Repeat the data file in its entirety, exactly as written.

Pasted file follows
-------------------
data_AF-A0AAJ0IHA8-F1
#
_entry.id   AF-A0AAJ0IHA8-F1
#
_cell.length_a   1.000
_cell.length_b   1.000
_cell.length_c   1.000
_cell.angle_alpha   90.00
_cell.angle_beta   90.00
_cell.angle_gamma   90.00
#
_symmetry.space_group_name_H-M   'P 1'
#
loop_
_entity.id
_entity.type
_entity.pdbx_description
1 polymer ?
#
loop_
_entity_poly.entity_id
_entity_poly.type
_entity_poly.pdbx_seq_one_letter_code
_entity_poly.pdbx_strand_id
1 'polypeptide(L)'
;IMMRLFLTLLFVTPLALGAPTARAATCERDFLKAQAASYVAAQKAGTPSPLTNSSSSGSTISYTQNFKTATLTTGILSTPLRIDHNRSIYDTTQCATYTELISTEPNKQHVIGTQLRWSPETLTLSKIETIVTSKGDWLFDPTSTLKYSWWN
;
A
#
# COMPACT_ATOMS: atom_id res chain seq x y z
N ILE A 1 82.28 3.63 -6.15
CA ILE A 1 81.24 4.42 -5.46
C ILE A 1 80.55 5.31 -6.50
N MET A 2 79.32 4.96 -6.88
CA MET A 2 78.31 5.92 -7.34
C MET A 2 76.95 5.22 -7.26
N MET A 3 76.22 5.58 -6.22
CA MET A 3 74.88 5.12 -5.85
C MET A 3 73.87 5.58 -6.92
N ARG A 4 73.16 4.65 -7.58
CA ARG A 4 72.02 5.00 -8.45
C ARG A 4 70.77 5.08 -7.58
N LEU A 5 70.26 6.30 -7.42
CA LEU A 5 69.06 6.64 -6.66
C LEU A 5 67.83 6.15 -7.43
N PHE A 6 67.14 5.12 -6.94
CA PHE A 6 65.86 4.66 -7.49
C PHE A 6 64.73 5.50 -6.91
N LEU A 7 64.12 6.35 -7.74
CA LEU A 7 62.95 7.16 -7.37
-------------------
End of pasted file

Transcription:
data_AF-A0AAJ0IHA8-F1
#
_entry.id   AF-A0AAJ0IHA8-F1
#
_cell.length_a   1.000
_cell.length_b   1.000
_cell.length_c   1.000
_cell.angle_alpha   90.00
_cell.angle_beta   90.00
_cell.angle_gamma   90.00
#
_symmetry.space_group_name_H-M   'P 1'
#
loop_
_entity.id
_entity.type
_entity.pdbx_description
1 polymer ?
#
loop_
_entity_poly.entity_id
_entity_poly.type
_entity_poly.pdbx_seq_one_letter_code
_entity_poly.pdbx_strand_id
1 'polypeptide(L)'
;IMMRLFLTLLFVTPLALGAPTARAATCERDFLKAQAASYVAAQKAGTPSPLTNSSSSGSTISYTQNFKTATLTTGILSTPLRIDHNRSIYDTTQCATYTELISTEPNKQHVIGTQLRWSPETLTLSKIETIVTSKGDWLFDPTSTLKYSWWN
;
A
#
# COMPACT_ATOMS: atom_id res chain seq x y z
N ILE A 1 82.28 3.63 -6.15
CA ILE A 1 81.24 4.42 -5.46
C ILE A 1 80.55 5.31 -6.50
N MET A 2 79.32 4.96 -6.88
CA MET A 2 78.31 5.92 -7.34
C MET A 2 76.95 5.22 -7.26
N MET A 3 76.22 5.58 -6.22
CA MET A 3 74.88 5.12 -5.85
C MET A 3 73.87 5.58 -6.92
N ARG A 4 73.16 4.65 -7.58
CA ARG A 4 72.02 5.00 -8.45
C ARG A 4 70.77 5.08 -7.58
N LEU A 5 70.26 6.30 -7.42
CA LEU A 5 69.06 6.64 -6.66
C LEU A 5 67.83 6.15 -7.43
N PHE A 6 67.14 5.12 -6.94
CA PHE A 6 65.86 4.66 -7.49
C PHE A 6 64.73 5.50 -6.91
N LEU A 7 64.12 6.35 -7.74
CA LEU A 7 62.95 7.16 -7.37